True to its name, which translates roughly from German to mean ‘chamber play’, Kammerspiel is a subtle collection of eleven songs that, to the listener, sound as though Conquering Animal Sound were playing them right there in the same room. The Glasgow-based duo of Anneke Kampman and James Scott imbues their music with such natural warmth that it feels as if these songs were composed and played especially for you, a sense that is strengthened by the intrinsic echoes of the lo-fi recording and various musical shadings. Conquering Animal Sound switch with ease from simple, minimalist songs to those with more layered complexity with twists and ornaments that surprise and intrigue.
Their music may be fragmental in nature (as implied by the album sleeve), but the chemistry between Kampman and Scott is an essential, almost tangible part of the album’s success. Often it sounds as if they’ve created their own language that only the two of them understand, a private communication from which the listener can glean just a few cryptic morsels. Their influences are primarily Nordic, from Iceland’s múm and Björk to Finland’s Paavoharju and their fellow Fonal Records artists, stretching further afield to encompass the likes of Wu-Tang Clan and CocoRosie, whose fascination with children’s toys as musical accomplices is plainly mirrored by Kampman and Scott. But Conquering Animal Sound do more than just try to emulate the artists they admire; with Kammerspiel they have found their very own niche.
The sequencing and structure of the album plays a large part in its success. Kampman and Scott skillfully alternate the songs’ moods and tempos so that the flow of the music feels organic. It’s an agile leap from the tender, introductory ‘Maschine’ with its playful chimes to the inspired post-rock variations of ‘Wasp’ and on to ‘Wildthings’, which indulges in a surprisingly raw and courageous use of synthesisers and (relatively) rough beats coated in a wash of distorted violin. Where others might be tempted to overcrowd the song and obscure its lurking pop sensibilities, Conquering Animal Sound keep it simple and catchy, letting it grow dreamier and tamer as it ebbs into its final minute.
The middle section of Kammerspiel is much more sleepy and soft, and is built around the beautifully textured lead single ‘Bear’. Though the song is blessed with a wonderfully calm and detailed melody, lyrically it takes its inspiration from the Werner Herzog documentary ‘Grizzly Man’ about bear enthusiast Timothy Treadwell. Treadwell, naïvely believing that he could live safely among bears, was killed and eaten by the very creatures that he considered friends. “I am a meal for you,” sings Kampman serenely, conveying gruesome violence in a manner very reminiscent of the great Stina Nordenstam – an association underlined further by Kampman’s similarly peculiar voice and expressive intonation.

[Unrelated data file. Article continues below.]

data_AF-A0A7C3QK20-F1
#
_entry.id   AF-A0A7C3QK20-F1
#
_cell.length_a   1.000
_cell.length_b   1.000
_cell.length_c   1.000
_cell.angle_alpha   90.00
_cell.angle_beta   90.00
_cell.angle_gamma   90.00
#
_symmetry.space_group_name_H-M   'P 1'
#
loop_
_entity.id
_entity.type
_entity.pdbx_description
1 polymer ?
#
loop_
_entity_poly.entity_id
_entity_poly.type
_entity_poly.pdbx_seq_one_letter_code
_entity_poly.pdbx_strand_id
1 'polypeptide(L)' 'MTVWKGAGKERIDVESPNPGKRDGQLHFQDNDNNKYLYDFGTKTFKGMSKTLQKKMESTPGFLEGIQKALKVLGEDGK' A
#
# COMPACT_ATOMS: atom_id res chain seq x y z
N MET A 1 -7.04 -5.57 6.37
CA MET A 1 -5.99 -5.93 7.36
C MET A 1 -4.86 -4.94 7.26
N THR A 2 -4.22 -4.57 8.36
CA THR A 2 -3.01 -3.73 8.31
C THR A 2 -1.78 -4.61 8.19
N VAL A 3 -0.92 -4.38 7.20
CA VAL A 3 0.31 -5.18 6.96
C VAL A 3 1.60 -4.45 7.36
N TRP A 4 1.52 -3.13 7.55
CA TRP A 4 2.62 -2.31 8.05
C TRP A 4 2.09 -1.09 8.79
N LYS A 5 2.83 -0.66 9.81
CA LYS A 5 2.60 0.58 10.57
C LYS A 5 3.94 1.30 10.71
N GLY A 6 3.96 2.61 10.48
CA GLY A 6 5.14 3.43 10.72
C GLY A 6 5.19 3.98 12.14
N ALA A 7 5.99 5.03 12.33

Kammerspiel’s most staggering tracks, though, are saved until last. Inventive instrumentation (including bowed harp) and a welcome injection of vigour give ‘Tracer’ an edgy, fascinating feel that continues right through to the happy/sad ‘Giant’. By complete contrast, closing number ‘Ira’ (written about a friend’s black Labrador puppy) boasts the album’s simplest, cleanest arrangements. The whole album has a spacious feel, but in curbing their fondness for complexity it’s ‘Ira’ that best documents Conquering Animal Sound’s ear for a good melody. Here, the duo pick it out from satisfying instrumental fragments of plucked harp, guitar and mild percussion, and emphasise its purity with Kampman setting out the album’s most mannered and emotive vocal.
Colourful and varied, Kammerspiel sounds much more mature than is usually expected from a debut. Its highlights may be fairly evenly spread across the album’s forty-minute duration, but the most apt summary characteristic comes right at the beginning as Kampman sings, “You are home.” The surprise is not that this lyric is particularly poetic or special, it’s that, wherever you are listening in, it feels like the truth.
[Gizeh; February 7, 2011]